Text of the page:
As the energy transition continues to pick up pace globally, the North Sea has the potential to become a global showcase for impactful change as a number of low carbon solutions grow in prominence, with partnership models becoming critical for the future of the basin, according to a new report.
One of the world's most established oil basins, the North Sea has taken a global lead for the energy transition through the likes of carbon capture, utilization and storage (CCUS) technology, aided by the alternative use of infrastructure and the production of hydrogen.
Turning the Tide – the Transformation of the North Sea, recently published by PwC and OGUK, lays out the challenges facing the North Sea as the world moves towards a low carbon future, based on interviews with more than 20 key energy industry stakeholders. The report highlights how recent changes in ownership have seen a surge of independents and private equity-backed firms gain a key position in the region.
The industry can expect to see an increased focus on innovation to drive the next wave of competitiveness given operators and service companies have perhaps cut costs as far as is sustainably possible. This innovation in technology and business models has the potential to influence the energy transition with, in two examples, renewable energy sources set to replace gas turbines on some offshore platforms, and the geography of the basin making it ideal for offshore wind production.
CCUS could also become a major aspect of North Sea activity, with wider collaboration across the energy sector. CCUS is the practice of capturing the carbon dioxide release by industrial sources such as power stations and burying it deep underground. With extensive infrastructure already in place which could be used to store carbon dioxide through depleted oil and gas fields, the North Sea can play an important role in a technology which is seen as a way of helping to reduce carbon emissions.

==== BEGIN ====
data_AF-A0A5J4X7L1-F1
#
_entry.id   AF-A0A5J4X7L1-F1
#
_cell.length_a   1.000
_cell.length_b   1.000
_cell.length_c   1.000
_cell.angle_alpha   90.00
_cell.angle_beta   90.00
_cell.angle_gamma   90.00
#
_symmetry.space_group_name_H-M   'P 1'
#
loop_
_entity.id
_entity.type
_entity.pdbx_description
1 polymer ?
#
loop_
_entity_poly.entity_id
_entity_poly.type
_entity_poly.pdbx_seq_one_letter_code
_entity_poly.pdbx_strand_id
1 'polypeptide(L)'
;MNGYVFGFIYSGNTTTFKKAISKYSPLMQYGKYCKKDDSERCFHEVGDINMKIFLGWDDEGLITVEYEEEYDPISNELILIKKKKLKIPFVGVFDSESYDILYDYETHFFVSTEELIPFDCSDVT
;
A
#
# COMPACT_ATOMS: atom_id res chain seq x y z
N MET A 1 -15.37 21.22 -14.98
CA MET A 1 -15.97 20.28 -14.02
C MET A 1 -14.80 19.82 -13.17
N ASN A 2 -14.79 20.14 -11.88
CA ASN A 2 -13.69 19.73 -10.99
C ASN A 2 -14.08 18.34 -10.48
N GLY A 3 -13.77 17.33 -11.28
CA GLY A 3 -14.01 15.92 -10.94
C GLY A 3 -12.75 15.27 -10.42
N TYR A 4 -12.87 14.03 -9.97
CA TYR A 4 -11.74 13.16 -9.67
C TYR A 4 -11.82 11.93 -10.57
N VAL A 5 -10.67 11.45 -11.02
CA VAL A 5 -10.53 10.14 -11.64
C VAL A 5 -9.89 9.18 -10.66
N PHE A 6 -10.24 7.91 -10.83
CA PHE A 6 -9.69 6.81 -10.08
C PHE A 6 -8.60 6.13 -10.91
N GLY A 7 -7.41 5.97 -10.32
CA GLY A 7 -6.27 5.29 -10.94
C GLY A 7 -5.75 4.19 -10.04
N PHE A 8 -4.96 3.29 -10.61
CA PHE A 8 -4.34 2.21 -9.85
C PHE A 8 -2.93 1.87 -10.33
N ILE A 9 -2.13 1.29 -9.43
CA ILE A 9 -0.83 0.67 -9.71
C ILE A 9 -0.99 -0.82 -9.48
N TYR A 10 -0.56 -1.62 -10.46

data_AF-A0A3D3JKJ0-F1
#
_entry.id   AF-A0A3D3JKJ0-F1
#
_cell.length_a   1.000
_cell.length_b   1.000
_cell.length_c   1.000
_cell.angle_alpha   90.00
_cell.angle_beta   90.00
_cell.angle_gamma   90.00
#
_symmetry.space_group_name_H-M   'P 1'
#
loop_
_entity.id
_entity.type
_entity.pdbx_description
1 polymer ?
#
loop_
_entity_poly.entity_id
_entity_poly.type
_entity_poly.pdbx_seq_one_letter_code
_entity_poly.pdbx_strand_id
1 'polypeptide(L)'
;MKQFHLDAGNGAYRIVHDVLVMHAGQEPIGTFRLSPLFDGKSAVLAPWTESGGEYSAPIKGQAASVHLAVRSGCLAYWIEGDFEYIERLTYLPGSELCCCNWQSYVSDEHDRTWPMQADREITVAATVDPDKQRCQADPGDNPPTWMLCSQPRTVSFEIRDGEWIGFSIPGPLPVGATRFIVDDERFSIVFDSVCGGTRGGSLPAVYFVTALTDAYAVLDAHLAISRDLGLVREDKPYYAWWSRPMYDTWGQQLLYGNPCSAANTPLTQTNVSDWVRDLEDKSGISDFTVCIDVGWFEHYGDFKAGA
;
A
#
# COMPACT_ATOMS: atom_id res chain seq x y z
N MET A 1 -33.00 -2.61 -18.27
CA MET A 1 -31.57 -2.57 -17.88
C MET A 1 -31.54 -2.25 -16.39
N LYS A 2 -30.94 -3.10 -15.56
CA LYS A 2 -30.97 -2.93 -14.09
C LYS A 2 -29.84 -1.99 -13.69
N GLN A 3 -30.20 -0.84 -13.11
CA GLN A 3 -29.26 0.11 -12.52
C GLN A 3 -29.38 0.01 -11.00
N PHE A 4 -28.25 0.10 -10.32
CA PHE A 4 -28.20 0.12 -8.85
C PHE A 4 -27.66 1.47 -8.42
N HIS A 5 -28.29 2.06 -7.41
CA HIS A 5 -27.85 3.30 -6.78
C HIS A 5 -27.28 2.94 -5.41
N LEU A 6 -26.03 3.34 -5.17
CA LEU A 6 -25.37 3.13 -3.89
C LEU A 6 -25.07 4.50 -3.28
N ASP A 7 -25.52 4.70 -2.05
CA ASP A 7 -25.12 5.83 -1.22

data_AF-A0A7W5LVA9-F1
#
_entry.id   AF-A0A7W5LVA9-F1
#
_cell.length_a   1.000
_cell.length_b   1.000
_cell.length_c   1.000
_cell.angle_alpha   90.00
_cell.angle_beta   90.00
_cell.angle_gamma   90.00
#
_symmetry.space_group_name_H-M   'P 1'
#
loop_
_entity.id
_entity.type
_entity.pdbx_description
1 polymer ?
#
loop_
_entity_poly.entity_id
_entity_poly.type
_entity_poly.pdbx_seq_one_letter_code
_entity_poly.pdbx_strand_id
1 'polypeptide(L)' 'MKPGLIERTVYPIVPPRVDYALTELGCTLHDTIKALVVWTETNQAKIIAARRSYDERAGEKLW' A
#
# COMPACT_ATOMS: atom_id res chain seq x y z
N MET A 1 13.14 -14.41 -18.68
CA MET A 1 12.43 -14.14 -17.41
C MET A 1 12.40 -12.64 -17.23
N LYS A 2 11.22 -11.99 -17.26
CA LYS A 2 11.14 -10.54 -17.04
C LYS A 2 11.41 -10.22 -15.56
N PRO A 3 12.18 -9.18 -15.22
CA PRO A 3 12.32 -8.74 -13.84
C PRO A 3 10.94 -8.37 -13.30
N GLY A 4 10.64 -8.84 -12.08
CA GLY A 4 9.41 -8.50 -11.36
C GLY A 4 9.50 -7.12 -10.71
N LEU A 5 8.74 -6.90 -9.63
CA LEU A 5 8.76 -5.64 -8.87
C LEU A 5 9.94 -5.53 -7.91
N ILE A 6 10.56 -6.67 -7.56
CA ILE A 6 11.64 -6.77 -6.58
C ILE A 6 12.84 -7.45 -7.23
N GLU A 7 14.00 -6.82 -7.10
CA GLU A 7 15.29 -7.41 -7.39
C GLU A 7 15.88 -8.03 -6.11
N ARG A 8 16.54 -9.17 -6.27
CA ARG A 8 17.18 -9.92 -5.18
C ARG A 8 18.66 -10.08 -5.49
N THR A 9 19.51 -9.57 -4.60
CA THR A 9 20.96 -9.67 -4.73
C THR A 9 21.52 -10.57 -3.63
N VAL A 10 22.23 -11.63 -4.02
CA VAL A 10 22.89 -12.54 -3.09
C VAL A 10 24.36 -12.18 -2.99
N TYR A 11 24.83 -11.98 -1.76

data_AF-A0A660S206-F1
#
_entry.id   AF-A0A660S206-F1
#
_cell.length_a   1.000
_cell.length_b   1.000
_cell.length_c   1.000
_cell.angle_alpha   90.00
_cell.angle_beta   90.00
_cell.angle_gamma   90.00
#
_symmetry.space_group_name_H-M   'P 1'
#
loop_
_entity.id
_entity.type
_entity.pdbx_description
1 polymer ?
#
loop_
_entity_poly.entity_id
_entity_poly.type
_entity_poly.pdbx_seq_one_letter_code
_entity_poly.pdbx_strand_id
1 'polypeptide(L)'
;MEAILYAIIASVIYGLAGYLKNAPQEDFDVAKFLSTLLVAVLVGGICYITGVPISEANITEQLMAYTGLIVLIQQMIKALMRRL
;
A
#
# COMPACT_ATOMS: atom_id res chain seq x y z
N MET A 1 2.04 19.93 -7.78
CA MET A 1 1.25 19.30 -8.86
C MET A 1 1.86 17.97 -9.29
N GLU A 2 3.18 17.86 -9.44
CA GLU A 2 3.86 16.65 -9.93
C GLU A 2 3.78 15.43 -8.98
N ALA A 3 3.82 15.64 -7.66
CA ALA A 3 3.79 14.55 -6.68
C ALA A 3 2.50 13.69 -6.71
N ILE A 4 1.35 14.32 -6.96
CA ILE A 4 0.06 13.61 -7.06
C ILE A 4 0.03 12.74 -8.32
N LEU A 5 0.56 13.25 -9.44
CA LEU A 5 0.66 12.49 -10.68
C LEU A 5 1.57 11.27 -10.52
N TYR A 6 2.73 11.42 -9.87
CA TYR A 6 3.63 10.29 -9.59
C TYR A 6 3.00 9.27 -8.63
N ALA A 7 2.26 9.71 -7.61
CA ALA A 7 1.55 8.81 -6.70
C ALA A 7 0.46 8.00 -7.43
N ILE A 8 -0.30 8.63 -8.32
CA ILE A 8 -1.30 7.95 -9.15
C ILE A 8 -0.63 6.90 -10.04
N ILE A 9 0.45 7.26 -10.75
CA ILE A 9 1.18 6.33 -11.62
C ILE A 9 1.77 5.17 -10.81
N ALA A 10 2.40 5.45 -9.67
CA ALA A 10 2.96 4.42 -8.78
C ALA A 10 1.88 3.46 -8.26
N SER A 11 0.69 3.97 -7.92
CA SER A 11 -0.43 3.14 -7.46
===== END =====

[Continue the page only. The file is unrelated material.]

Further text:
Looking further ahead, the North Sea could also play a major role in hydrogen production, storage and transportation whether by converting natural gas into hydrogen or through electrolysis, using offshore wind-generated energy.
Drew Stevenson, Energy Sector Leader at PwC UK, said, “There is a necessary urgency to move to a low carbon world. As our report illustrates, there is huge potential for the North Sea to play a significant role in the energy transition, setting a precedent for facilitating the move to a clean energy future.
“The appetite exists for the North Sea energy industry to play a significant role in the transition: investor sentiment is rapidly becoming more committed to low carbon technologies while smaller exploration and production companies are looking at ways to reduce the carbon footprint of their operations. All of this creates an opportunity for the North Sea to lead the way in the energy transition.”
Mike Tholen, Upstream Policy Director, OGUK, added, “The transition to a lower carbon, diverse energy mix is an exciting opportunity for our transforming industry. With extensive skills, capabilities and infrastructure, we are well placed to support the development of low carbon technologies such as CCUS and hydrogen while reducing emissions from production operations.
“Roadmap 2035: A blueprint to net zero, sets out a future vision for our industry to ensure it remains at the heart of the global energy landscape as it continues to change. Through safe, sustainable and socially accepted operations and securing government support for the delivery of the roadmap, this report underlines how the UK’s offshore oil and gas industry can help unlock a fair and inclusive transition to a low carbon future.”